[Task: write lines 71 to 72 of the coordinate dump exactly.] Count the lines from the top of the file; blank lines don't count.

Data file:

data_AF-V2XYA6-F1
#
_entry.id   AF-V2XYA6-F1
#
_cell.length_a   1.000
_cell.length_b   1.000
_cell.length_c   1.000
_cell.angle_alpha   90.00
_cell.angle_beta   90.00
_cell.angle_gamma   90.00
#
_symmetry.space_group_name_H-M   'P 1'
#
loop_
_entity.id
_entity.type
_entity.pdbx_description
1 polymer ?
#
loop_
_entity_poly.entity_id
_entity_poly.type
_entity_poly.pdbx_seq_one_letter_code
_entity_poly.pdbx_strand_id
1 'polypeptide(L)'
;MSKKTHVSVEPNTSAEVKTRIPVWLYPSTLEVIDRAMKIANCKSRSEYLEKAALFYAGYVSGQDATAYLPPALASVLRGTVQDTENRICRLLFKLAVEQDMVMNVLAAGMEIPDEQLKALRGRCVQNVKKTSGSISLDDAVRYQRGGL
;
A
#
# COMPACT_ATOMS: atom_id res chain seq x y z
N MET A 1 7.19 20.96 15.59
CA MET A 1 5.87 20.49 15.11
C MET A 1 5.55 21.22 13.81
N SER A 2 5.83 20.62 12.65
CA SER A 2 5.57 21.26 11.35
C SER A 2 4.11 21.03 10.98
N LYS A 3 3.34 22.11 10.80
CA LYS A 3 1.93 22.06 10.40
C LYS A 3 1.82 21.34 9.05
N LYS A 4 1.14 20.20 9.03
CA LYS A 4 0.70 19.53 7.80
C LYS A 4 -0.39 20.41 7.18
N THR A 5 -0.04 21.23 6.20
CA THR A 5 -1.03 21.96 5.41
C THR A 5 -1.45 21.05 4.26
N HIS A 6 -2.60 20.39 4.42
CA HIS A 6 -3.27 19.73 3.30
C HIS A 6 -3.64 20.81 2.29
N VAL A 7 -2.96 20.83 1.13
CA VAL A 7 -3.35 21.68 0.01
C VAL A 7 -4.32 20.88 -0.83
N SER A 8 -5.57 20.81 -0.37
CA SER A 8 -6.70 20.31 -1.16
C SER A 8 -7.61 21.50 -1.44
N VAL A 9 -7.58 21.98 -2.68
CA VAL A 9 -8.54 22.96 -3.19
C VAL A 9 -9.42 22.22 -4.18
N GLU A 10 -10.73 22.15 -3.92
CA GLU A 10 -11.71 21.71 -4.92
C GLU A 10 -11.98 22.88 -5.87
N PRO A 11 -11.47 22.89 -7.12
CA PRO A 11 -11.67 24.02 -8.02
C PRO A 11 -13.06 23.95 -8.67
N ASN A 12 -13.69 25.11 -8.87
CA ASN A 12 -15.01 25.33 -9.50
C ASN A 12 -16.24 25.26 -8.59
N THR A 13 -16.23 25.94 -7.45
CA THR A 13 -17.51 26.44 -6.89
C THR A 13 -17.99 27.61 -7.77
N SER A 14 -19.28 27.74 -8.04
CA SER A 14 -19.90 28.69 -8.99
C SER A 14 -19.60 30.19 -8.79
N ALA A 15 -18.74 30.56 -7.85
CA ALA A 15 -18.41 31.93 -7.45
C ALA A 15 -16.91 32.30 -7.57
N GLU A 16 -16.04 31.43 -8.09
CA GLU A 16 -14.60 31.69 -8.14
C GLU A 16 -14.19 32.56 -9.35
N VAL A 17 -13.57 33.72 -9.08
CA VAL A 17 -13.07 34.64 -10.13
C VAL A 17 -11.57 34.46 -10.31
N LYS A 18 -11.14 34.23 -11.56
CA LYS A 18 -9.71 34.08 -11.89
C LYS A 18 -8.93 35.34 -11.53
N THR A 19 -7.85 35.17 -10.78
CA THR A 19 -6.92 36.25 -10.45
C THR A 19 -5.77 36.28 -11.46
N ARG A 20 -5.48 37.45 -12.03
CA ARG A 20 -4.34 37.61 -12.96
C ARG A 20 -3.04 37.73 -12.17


CA SER A 14 -19.90 28.69 -8.99
C SER A 14 -19.60 30.19 -8.79